World 0 is merely a few tutorial stages, detailing the controls. Everything is controlled via stylus and jumps are automatic. You tap and drag objects to interact with them and attach them to each other. Tap an object like a hammer or shovel to pick it up, and you can use it on breakable walls. Tap a vehicle to get into it. When holding a gun, tap another object to shoot it, or double tap anywhere on the screen to shoot in that direction. You can also attach certain objects to other objects, the tutorial teaching you how to attach glue to a painting, and then to the wall. Each object seems to have green dots which specify points where other objects can be attached. Some objects also have multiple functions, which are specified by little popups. Nothing too terribly difficult, but this is where the major flaw starts to rear its head.
(Something to go back and mention: the title screen is a playground where you can type whatever you wish. Pretty sure Maxwell is invincible on the title too. Neat.)

The level system is also explained here. Every level has a ‘Par’, which is the maximum number of objects you can use to solve the level. Going under par nets you more ‘Ollars’, the game’s currency. How much time you take to solve the level, and how much ‘Style’ you use to do it (its a little unclear what’s stylish and what isn’t, but basically, use more creative methods to solve the level to get more style points) also nets you Ollars. Finally, how you solve the level also gains you ‘Merits’, which are similar to achievements. Some example Merits are ‘Jockey’ (use an animal as a vehicle) and ‘Prodigy’ (complete a level 3 times in a row). You can repeatedly get merits by fulfilling them in levels, but under options it only lists whether you have gotten them once or not. Personally, would liked to have seen a count, so we could see how many times we’ve written a ‘New Object’.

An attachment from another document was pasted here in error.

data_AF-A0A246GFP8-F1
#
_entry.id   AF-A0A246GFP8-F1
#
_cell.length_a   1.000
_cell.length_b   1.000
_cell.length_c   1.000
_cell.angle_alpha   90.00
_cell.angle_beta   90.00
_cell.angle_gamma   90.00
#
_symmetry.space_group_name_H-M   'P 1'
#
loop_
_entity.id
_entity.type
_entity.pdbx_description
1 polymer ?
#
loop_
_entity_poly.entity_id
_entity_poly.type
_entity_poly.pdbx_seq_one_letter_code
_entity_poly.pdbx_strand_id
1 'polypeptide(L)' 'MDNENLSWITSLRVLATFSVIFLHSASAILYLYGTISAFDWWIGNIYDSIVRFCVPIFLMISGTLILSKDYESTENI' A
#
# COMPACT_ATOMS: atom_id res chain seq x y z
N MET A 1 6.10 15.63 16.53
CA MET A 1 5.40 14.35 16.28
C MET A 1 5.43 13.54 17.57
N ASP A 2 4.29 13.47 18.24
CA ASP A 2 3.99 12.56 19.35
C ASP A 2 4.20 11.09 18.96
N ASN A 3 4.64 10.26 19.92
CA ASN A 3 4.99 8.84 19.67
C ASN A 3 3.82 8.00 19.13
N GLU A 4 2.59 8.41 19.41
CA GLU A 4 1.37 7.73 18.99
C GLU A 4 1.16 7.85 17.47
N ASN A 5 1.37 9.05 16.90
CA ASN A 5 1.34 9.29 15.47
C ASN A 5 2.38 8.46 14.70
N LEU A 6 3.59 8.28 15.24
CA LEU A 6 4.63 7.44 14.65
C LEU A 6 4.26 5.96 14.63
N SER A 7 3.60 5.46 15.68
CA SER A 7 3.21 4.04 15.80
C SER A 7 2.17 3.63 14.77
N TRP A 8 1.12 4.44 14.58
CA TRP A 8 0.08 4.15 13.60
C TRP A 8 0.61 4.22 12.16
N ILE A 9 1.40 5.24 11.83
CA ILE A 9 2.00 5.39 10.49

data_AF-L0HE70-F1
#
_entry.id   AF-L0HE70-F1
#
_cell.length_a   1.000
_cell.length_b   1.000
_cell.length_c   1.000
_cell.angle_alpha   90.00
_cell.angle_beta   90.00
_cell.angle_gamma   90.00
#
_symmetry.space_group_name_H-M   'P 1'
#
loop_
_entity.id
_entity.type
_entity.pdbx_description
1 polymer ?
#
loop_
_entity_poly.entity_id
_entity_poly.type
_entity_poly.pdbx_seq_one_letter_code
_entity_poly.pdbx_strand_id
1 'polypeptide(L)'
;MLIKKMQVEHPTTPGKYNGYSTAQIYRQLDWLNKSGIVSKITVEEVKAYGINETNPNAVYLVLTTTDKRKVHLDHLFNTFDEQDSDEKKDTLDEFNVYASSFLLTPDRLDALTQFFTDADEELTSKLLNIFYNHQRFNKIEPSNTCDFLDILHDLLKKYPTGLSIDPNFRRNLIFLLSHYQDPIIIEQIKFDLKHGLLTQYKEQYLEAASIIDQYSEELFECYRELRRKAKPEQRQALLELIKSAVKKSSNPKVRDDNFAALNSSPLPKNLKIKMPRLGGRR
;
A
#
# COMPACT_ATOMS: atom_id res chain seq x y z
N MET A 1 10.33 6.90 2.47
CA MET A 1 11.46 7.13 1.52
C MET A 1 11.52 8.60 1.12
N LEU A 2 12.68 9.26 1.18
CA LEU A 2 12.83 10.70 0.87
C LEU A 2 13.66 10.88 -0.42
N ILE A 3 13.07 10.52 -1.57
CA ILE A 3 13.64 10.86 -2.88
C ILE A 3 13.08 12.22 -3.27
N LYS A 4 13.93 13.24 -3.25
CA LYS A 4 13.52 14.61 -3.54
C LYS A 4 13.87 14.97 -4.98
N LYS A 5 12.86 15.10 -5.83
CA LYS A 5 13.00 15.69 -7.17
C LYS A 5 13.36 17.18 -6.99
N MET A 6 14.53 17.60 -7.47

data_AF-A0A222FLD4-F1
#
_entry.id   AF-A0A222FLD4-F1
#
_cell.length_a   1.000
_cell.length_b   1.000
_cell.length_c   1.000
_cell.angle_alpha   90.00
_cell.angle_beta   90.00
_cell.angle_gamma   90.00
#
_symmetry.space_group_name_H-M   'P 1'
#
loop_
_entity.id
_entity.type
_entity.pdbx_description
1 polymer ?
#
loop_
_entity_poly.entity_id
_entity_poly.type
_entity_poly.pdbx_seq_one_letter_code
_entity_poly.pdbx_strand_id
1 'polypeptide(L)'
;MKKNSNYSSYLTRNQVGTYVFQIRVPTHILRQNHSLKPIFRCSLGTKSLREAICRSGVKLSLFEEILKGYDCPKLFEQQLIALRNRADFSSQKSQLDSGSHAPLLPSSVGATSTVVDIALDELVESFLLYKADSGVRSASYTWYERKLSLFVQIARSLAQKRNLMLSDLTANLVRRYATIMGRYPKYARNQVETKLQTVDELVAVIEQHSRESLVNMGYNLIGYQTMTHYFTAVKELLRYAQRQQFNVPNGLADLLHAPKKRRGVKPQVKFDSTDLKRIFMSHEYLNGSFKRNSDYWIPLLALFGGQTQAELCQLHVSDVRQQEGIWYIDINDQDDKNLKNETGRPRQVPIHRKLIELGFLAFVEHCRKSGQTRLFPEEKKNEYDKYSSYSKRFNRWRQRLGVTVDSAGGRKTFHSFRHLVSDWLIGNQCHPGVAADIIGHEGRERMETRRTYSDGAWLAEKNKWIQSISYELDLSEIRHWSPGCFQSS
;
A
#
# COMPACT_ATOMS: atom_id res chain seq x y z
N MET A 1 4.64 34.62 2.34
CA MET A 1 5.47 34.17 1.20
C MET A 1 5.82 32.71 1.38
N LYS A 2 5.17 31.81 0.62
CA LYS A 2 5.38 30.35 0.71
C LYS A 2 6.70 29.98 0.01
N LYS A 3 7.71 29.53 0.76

Besides interacting with objects, there are two functions on the screen: one is a magnifying glass which allows you to identify the name of an object, useful for spawning that object yourself. The other is the meat of the game, the notepad. Writing a “real-life, physical object that cannot be: a place, proper name, suggestive material, shape, latin or greek root word, alcohol, race or culture, vulgarity or copyrighted” will cause it to spawn in the level. The clause isn’t entirely true, either: you can write proper names such as Abraham Lincoln and some others and they will spawn, and there is quite a range of things that can. Some odder stuff such as memes also made it into the game, actually: try writing longcat, for example. And typing in NeoGAF gives you the site’s logo, which you can oddly enough fly around.